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Artists lose home studio, work in Marshall Fire

Madhouse Art Collective in Superior is among countless home-based businesses destroyed by the Marshall Fire in Boulder County.

BOULDER COUNTY, Colo. — The Superior Chamber of Commerce said a number of home-based businesses are gone as a result of the Marshall Fire.  

The loss is doubly hard for families who lost not only their homes but also their source of income. 

Michael A. Dempsey founded MAD House Art Collective out of his home in Superior. The space was used for him to collect, curate and sell artwork of local artists. It also became a shared space for artists to work and create.  

Both the studio and his home, shared with fellow artists, were destroyed in the Marshall Fire on Thursday.  

Dempsey managed to grab about 10 paintings with the help of a friend. It represents only a fraction of his more than 100 piece art collection that caught fire.  

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“The losses, I haven’t even started itemizing because it is just so traumatic to think through the number of things that were pieces of my heart that I collected because they had inspired me so much," Dempsey said. "They had brought so much joy and love into my life. It’s tragic that they are lost."

His next door neighbor Andrew Norris Thompson managed to save about four of his paintings. He lost about 30 works-in-progress and nine completed works that burned along with the home he shared with his girlfriend.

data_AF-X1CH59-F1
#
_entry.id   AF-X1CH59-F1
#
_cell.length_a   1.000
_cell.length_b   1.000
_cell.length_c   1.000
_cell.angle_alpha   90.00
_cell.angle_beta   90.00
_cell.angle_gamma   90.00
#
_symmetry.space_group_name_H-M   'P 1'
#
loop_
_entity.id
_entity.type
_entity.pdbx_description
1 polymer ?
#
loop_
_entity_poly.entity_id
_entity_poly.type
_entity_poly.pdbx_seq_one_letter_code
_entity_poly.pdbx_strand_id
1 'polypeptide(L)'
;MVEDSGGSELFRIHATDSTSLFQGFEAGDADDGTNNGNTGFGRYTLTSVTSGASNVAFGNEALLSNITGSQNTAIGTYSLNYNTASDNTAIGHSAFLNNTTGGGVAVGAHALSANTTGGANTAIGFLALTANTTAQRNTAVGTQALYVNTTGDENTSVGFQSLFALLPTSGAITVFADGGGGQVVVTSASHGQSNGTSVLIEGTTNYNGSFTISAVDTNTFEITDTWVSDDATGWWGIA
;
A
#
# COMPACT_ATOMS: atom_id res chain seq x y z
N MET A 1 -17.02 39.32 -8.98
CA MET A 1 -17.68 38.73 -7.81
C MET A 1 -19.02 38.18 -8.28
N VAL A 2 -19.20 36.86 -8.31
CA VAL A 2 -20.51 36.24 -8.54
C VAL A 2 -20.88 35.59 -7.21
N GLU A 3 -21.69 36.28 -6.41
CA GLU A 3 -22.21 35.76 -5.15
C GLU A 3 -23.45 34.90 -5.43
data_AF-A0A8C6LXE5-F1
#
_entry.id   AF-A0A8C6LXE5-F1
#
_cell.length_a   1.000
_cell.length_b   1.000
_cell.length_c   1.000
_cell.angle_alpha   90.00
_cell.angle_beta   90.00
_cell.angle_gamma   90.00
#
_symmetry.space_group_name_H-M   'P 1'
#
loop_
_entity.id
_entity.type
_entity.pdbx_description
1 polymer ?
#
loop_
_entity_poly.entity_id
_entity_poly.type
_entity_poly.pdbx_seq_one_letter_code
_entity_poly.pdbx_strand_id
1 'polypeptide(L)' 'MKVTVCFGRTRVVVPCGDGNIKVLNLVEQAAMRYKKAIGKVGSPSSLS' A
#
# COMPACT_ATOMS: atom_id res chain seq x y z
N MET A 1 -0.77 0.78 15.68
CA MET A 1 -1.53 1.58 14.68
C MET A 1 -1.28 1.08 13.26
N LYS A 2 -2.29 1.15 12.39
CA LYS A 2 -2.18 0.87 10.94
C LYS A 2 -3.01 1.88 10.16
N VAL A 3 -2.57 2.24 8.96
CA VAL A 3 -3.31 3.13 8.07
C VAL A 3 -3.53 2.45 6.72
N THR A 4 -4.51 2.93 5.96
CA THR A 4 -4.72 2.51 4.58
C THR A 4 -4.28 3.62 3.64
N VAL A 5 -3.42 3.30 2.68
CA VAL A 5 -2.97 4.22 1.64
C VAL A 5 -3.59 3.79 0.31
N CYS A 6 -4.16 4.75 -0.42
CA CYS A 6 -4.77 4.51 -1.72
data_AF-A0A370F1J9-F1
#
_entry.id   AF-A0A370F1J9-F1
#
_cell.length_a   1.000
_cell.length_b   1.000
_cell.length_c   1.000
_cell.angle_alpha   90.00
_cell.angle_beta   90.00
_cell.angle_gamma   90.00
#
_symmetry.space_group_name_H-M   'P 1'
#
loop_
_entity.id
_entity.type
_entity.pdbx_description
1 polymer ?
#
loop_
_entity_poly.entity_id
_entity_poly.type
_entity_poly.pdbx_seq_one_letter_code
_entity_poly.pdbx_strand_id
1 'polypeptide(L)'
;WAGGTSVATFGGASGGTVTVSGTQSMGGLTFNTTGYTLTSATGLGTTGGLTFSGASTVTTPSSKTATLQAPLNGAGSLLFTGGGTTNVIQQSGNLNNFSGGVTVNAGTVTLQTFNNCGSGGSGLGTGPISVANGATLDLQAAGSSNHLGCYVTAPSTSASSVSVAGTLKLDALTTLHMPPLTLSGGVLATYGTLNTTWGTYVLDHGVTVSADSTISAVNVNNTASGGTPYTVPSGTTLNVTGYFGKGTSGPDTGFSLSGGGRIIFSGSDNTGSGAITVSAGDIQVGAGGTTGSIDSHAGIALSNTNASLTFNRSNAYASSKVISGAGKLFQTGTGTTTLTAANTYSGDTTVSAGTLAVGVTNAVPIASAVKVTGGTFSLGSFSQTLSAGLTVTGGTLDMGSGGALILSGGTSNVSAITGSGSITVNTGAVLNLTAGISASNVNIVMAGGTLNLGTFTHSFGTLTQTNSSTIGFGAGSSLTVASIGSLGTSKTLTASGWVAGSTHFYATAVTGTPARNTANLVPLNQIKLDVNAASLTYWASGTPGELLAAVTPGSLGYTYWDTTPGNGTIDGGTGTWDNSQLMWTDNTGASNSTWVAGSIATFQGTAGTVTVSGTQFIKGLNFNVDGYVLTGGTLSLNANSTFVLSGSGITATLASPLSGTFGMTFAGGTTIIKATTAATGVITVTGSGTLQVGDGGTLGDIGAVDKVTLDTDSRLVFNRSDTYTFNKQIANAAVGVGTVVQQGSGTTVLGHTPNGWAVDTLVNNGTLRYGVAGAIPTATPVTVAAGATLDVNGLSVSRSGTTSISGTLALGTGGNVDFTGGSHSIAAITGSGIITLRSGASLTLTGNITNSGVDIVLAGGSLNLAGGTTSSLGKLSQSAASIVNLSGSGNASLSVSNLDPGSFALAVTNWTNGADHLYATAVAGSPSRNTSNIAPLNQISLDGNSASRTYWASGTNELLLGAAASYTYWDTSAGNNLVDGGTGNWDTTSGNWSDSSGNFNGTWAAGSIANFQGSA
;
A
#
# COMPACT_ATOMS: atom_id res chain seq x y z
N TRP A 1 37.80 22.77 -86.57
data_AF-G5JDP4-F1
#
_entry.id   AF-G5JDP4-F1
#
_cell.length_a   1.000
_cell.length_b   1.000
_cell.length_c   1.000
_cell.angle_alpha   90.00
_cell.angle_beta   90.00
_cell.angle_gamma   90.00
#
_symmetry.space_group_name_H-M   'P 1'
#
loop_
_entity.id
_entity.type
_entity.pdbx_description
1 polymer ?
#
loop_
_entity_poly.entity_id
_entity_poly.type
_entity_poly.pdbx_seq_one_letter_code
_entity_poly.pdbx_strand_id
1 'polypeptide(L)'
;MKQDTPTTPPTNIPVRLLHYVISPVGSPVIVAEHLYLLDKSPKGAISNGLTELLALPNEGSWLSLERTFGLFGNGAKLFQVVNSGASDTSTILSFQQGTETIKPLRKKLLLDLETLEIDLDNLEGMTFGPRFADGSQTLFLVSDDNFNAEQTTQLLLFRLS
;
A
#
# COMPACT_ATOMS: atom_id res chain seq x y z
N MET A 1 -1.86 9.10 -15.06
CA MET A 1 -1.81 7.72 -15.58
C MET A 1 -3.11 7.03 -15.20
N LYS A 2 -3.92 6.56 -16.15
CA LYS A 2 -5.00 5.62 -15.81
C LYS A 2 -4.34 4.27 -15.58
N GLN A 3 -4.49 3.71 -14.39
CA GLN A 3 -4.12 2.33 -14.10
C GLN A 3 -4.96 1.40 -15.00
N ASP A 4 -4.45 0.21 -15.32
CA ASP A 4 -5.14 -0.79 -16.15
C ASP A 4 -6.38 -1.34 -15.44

The ones that he managed to save, he called “the most precious.”  

One has a heart on it and Norris Thompson said it’s symbolic of his works and the love he puts behind them.  

“I think it’s very symbolic, I would say,” said Norris Thompson. “My heart is my gift to the world, and it’s a big part of who I am, and the heart is obviously a symbol of that.”  

Norris Thompson used the studio on Dempsey’s property as a place to work and create.  

“I put a lot of time and energy and money into refurbishing the garage and making it my studio space,” said Norris Thompson. “I’m going to miss it for sure.”  

The space was designed for collaboration and creativity for those in the art world, but the space is now gone. Dempsey said it’s unlikely a similar space with the same kind of energy could be recreated.  

Both have plans to continue their artwork though and Dempsey plans to rebuild his studio, even if it isn’t in the same location.  

“As much as it is painful and traumatic, it’s a bit of exciting personally just to move forward," Norris Thompson said. "Of course, we are going to mourn all the things that we lost, but we still have each other and those moments getting out of town. 

"Those will live with me forever. And I can’t wait to get in front of a canvas to harness that energy."

Another artist also lived in the house with Dempsey, Radek Selski. Fellow artist Sean Tanner also helped them take out paintings from the home before it burned.  

If you would like to support any of them, they have GoFundMe’s available. Click their names to go to their fundraising sites: Michael Dempsey, Andrew Norris Thompson, Radek Selski and Sean Tanner.  

You can check out their artwork by visiting their Instagram pages: @mad.house_art, @andrew.Norris.art and @artsyafpodcast. 

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